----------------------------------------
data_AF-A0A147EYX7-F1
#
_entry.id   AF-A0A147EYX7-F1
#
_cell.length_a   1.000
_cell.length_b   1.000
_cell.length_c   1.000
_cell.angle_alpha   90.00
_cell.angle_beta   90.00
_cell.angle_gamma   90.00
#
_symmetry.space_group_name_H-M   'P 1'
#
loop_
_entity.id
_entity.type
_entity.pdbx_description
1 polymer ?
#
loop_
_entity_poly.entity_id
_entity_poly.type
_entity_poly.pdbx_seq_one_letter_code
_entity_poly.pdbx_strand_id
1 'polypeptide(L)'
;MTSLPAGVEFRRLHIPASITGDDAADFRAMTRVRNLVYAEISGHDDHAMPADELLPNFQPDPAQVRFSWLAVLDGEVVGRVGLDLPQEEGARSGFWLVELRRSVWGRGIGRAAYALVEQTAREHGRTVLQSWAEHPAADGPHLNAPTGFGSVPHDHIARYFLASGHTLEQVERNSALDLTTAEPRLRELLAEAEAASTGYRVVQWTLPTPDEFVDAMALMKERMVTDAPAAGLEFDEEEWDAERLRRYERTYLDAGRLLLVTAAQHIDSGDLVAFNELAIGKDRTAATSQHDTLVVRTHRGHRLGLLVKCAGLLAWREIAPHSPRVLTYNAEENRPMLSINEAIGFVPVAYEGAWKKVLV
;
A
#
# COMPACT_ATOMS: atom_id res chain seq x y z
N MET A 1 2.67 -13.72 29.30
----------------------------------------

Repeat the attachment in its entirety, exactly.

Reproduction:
data_AF-A0A147EYX7-F1
#
_entry.id   AF-A0A147EYX7-F1
#
_cell.length_a   1.000
_cell.length_b   1.000
_cell.length_c   1.000
_cell.angle_alpha   90.00
_cell.angle_beta   90.00
_cell.angle_gamma   90.00
#
_symmetry.space_group_name_H-M   'P 1'
#
loop_
_entity.id
_entity.type
_entity.pdbx_description
1 polymer ?
#
loop_
_entity_poly.entity_id
_entity_poly.type
_entity_poly.pdbx_seq_one_letter_code
_entity_poly.pdbx_strand_id
1 'polypeptide(L)'
;MTSLPAGVEFRRLHIPASITGDDAADFRAMTRVRNLVYAEISGHDDHAMPADELLPNFQPDPAQVRFSWLAVLDGEVVGRVGLDLPQEEGARSGFWLVELRRSVWGRGIGRAAYALVEQTAREHGRTVLQSWAEHPAADGPHLNAPTGFGSVPHDHIARYFLASGHTLEQVERNSALDLTTAEPRLRELLAEAEAASTGYRVVQWTLPTPDEFVDAMALMKERMVTDAPAAGLEFDEEEWDAERLRRYERTYLDAGRLLLVTAAQHIDSGDLVAFNELAIGKDRTAATSQHDTLVVRTHRGHRLGLLVKCAGLLAWREIAPHSPRVLTYNAEENRPMLSINEAIGFVPVAYEGAWKKVLV
;
A
#
# COMPACT_ATOMS: atom_id res chain seq x y z
N MET A 1 2.67 -13.72 29.30